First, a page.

Wells Fargo steered blacks and Latinos toward costlier mortgages, Philadelphia lawsuit alleges

Wells Fargo said Philadelphia's allegations were unsubstantiated.
Wells Fargo said Philadelphia’s allegations were unsubstantiated.
(Ben Margot / Associated Press)
The Washington Post

The city of Philadelphia has sued Wells Fargo, accusing the bank of discriminating against minority home buyers.

The complaint, filed Monday in a federal court in Pennsylvania, alleges that Wells Fargo violated the Fair Housing Act of 1968 by “steering” minority borrowers into mortgages that were more expensive and riskier than those offered to white borrowers, according to court documents.

The lawsuit says Wells Fargo is among the major banks with a “history of redlining” in Philadelphia, a practice traced back to the 1930s that involves denying credit to borrowers in certain communities because of their race or ethnicity.


The complaint says that between 2004 and 2014, African American borrowers were twice as likely to receive high-cost loans when compared with white borrowers with similar credit backgrounds. Latino borrowers were 1.7 times as likely to receive costly loans when compared with white borrowers, the lawsuit claims.

Wells Fargo spokesman Tom Goyda denied the allegations.

“The city’s unsubstantiated accusations against Wells Fargo do not reflect how we operate in Philadelphia and all of the communities we serve,” said Goyda, in a statement. “Wells Fargo has been a part of the Philadelphia community for more than 140 years and we will vigorously defend our record as a fair and responsible lender.”

The filing comes as the bank is still recovering from a sales scandal in which bank employees opened millions of unauthorized accounts in customers’ names.

The complaint draws parallels between the accused predatory lending and the problematic sales targets by saying there was a lack of “internal controls” that could have prevented both issues.

Many borrowers also were rejected later when they applied for credit that would have allowed them to refinance those more-expensive loans, according to the complaint. As a result, minority borrowers faced higher rates of foreclosure — a pattern that also hurt the city by leading to lower property taxes and more frequent incidents of vandalism and crime, the lawsuit claims.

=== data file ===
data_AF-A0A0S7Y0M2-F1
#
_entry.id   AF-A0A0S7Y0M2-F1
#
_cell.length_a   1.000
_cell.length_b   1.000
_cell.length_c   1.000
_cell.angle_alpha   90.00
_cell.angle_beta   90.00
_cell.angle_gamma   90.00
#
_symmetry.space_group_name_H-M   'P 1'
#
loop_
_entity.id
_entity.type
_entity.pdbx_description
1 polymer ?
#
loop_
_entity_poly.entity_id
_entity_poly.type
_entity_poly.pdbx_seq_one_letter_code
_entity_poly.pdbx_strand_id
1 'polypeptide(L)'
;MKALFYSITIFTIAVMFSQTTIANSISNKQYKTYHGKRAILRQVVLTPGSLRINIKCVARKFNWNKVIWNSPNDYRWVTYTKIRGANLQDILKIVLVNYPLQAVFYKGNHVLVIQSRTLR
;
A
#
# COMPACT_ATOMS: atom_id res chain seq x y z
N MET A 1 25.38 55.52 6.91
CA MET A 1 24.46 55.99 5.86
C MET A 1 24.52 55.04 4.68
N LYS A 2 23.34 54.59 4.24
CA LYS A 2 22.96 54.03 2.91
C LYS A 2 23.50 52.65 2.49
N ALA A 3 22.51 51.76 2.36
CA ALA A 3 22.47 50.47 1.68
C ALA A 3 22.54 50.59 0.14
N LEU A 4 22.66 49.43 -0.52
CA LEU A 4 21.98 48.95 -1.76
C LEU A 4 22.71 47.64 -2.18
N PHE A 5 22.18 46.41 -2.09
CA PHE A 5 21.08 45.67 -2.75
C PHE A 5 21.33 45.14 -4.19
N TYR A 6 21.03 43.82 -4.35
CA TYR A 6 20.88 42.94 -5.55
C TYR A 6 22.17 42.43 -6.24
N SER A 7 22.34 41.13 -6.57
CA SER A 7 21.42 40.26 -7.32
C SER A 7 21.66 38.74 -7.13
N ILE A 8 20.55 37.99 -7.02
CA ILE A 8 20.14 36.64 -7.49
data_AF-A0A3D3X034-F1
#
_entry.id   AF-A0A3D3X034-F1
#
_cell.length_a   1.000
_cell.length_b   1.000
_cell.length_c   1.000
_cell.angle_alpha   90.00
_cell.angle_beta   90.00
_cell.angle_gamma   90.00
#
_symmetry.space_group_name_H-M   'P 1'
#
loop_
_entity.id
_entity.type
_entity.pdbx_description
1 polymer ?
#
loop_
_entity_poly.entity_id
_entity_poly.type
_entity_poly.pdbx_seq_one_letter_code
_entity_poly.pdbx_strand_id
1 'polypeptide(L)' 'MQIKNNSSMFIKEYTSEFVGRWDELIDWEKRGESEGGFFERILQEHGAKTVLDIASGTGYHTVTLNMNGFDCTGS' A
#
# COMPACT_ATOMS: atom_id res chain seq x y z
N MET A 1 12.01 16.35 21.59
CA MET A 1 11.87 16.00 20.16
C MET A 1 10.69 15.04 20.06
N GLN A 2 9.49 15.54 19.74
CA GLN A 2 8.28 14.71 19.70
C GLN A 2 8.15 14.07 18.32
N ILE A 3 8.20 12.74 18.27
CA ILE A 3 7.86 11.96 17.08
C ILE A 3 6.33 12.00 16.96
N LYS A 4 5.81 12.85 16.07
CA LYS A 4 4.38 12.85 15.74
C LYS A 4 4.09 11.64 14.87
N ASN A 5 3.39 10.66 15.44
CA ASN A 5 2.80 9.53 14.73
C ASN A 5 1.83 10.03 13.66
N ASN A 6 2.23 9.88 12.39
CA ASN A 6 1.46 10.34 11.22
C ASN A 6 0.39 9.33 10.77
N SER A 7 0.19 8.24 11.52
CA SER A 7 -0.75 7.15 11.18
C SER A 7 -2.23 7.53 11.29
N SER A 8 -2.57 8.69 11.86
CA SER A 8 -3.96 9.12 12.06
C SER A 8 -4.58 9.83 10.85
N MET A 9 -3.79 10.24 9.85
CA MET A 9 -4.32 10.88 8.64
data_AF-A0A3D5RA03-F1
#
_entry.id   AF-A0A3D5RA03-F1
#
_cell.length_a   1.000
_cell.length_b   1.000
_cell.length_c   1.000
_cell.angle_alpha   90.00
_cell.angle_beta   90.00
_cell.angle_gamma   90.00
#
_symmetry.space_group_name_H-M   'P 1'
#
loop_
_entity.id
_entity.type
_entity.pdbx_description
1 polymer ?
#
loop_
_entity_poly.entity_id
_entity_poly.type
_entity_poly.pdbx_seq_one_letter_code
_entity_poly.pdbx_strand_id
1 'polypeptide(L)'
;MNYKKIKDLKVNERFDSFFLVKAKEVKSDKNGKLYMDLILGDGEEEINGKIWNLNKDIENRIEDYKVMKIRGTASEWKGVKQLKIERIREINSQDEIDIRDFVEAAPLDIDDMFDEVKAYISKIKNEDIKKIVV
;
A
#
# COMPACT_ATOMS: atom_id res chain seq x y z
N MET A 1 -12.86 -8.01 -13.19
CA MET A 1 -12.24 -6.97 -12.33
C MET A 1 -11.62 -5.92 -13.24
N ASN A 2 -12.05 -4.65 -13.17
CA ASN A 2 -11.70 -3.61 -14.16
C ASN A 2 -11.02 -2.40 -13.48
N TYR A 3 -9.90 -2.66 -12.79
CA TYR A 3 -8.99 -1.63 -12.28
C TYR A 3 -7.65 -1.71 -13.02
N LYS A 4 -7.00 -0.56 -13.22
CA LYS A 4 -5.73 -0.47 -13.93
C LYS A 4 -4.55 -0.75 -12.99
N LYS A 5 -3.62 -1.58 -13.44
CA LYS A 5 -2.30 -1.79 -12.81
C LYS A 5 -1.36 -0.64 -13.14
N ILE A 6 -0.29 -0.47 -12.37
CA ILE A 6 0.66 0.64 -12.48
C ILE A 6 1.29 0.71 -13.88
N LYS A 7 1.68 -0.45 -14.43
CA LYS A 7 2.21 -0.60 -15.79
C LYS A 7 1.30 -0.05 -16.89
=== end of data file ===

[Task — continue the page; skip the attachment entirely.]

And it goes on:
Monday’s lawsuit comes just two weeks after the U.S. Supreme Court ruled that cities have standing to sue banks for predatory lending practices, on the grounds that the cities also can incur financial damages, such as reduced tax revenue.


In that case, Miami sued Bank of America and Wells Fargo, arguing that discriminatory lending practices led to higher rates of default for minority borrowers.

Miami, represented by the same lawyers handling the Philadelphia case, claimed that the banks in turn caused financial harm to the city by leading to lower property taxes and requiring the city to provide services to struggling borrowers.

Although the Philadelphia investigation has been underway for more than a year, the city waited until after the Supreme Court decision to ensure that it would have legal standing to sue, according to Benjamin Field, deputy city solicitor for Philadelphia.

Wells Fargo has faced similar claims of mortgage discrimination from bank regulators and federal prosecutors.

In 2012, the bank agreed to pay $175 million to settle a case bought by the Department of Justice, which alleged the bank steered thousands of African American and Latino borrowers into loans that were more expensive than those offered to similarly qualified white borrowers.

The Office of the Comptroller of the Currency, the nation’s main bank regulator, said at the time it had found evidence of discriminatory lending.


The bank did not admit wrongdoing in that case and said it settled the matter to avoid costly litigation.

News of the Philadelphia lawsuit against Wells Fargo was first reported by Reuters.

Marte writes for the Washington Post. Times staff writer James Rufus Koren contributed to this report.


10:45 a.m.: This article was updated with information about a case settled in 2012.

This article was originally published at 9:35 a.m.